A federal judge ordered ten aliens under Immigration and Customs Enforcement (ICE) custody in New Jersey to be released, finding that their underlying health conditions make them vulnerable to the coronavirus.
Judge Analisa Torres of the U.S. District Court for the Southern District of New York, an Obama appointee, on Thursday night ordered for the release of 10 ICE detainees being held in New Jersey county jails where those facilities had confirmed cases of COVID-19. The release of the detainees, all of whom were facing deportation proceedings in Manhattan, is likely the largest court-ordered release in the U.S. since the outbreak of the disease.
The individuals ordered to be released ranged in age from 31 to 56 and had medical conditions such as heart disease, diabetes, obesity, or a history of smoking.
In her ruling, Torres said it was in the best interest of their health to release them from custody.
“The risk that Petitioners will face a severe, and quite possibly fatal, infection if they remain in immigration detention constitutes irreparable harm warranting a [temporary restraining order],” Torres wrote.
Five of the detainees were held at the Bergen County Jail, three at the Hudson County Jail, and another two were detained at the Essex County Jail — all three facilities had either employees or detainees test positive for the virus.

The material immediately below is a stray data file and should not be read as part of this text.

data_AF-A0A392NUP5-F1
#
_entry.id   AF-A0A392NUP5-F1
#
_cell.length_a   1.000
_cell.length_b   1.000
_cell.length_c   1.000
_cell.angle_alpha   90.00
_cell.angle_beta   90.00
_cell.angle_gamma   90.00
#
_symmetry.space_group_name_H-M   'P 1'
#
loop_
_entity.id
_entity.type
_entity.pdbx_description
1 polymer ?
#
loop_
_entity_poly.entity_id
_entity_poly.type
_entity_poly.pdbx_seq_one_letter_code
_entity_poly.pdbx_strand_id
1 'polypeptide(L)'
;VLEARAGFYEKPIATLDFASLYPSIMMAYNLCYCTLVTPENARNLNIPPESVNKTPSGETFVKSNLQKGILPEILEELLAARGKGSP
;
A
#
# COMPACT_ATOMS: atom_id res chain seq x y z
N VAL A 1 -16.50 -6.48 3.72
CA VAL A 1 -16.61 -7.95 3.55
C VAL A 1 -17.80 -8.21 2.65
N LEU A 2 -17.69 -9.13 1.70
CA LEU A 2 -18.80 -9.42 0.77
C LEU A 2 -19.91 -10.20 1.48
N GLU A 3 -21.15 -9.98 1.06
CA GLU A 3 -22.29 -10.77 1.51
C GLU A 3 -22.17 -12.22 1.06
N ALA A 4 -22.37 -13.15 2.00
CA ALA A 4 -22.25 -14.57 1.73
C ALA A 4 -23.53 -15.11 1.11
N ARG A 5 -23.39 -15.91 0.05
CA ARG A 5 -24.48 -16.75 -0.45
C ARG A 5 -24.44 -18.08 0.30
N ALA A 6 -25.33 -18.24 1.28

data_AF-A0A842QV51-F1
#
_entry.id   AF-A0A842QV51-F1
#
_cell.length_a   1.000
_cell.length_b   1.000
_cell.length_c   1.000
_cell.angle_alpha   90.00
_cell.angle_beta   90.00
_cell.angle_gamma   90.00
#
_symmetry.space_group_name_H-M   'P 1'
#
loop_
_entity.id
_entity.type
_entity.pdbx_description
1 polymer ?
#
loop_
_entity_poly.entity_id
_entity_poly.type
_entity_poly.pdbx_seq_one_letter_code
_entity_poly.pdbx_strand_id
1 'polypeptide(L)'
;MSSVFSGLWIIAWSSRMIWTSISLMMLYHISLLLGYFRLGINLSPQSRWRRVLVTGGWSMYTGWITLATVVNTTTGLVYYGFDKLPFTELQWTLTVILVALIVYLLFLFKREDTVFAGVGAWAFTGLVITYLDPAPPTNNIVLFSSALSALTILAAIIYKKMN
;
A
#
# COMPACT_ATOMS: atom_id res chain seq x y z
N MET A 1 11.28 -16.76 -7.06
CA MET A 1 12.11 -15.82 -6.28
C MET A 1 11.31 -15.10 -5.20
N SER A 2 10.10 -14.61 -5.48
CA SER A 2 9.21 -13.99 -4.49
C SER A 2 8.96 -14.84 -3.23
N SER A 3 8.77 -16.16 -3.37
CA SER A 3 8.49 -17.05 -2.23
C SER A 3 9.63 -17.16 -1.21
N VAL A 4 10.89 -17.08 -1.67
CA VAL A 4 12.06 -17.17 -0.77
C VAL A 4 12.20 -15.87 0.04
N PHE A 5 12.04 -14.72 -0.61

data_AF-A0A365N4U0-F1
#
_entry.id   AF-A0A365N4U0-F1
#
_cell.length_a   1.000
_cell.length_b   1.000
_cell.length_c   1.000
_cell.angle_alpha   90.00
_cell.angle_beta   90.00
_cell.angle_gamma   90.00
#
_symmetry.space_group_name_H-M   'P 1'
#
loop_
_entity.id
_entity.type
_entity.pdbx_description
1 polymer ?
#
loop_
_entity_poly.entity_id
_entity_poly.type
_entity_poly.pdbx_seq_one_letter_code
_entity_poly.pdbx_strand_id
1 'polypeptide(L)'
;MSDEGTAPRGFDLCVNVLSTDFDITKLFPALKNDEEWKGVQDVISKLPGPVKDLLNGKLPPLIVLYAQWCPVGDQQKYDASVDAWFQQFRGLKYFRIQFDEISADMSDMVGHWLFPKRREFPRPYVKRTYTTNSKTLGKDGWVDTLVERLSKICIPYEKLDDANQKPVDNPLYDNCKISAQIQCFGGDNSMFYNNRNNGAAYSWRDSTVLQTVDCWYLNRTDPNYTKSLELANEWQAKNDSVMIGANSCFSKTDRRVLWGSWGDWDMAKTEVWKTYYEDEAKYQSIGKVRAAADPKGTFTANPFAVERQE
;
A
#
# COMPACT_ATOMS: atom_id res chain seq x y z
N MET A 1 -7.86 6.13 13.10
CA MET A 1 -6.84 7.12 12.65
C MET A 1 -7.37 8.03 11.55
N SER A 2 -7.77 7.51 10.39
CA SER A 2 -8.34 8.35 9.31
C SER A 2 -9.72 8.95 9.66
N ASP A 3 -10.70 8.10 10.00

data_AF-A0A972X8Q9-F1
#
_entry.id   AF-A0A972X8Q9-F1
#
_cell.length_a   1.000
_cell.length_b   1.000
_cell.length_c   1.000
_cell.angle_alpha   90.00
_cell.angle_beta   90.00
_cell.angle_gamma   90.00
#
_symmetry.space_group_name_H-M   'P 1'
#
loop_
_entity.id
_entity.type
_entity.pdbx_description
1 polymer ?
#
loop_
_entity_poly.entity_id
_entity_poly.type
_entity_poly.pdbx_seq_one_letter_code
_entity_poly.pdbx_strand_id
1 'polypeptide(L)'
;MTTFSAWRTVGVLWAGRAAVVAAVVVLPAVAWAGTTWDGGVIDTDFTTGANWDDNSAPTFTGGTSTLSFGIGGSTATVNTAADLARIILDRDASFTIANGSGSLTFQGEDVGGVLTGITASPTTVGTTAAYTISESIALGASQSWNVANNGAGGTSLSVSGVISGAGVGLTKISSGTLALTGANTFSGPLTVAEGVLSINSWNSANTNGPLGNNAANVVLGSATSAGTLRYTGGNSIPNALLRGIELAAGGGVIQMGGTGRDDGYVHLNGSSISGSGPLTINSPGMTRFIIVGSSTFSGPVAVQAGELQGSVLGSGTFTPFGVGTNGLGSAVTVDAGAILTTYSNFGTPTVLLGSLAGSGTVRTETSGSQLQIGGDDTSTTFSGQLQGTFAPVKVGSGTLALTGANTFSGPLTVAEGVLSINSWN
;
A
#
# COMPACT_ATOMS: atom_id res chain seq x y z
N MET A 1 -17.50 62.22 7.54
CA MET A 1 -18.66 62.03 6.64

New Jersey has been hit particularly hard amid the coronavirus outbreak. The state, as of Friday morning, has reported at least 6,876 positive cases — the second highest state behind New York — and 81 individuals have died from the virus. It was in the Bergen County jail where the first ICE detainee became the first to test positive for the coronavirus.
A second ICE detainee, this one in the Essex County Jail, became the second to test positive on Thursday.
Torres took her order further by also barring Chad Wolf, the acting secretary of the Department of Homeland Security, and Thomas Decker, ICE’s New York field office director, from re-arresting these detainees while their deportation hearings are pending.
A wave of Democrats and immigrant-rights activists have demanded all immigrant detainees be released from custody during the coronavirus pandemic. While two ICE detainees have tested positive for the virus so far, this number remains to be a demonstrably small percentage of the roughly 40,000 aliens currently in custody.
Earlier this month, ICE announced it would be scaling back its enforcement efforts, focusing on subjects who pose a clear “public safety” risk.
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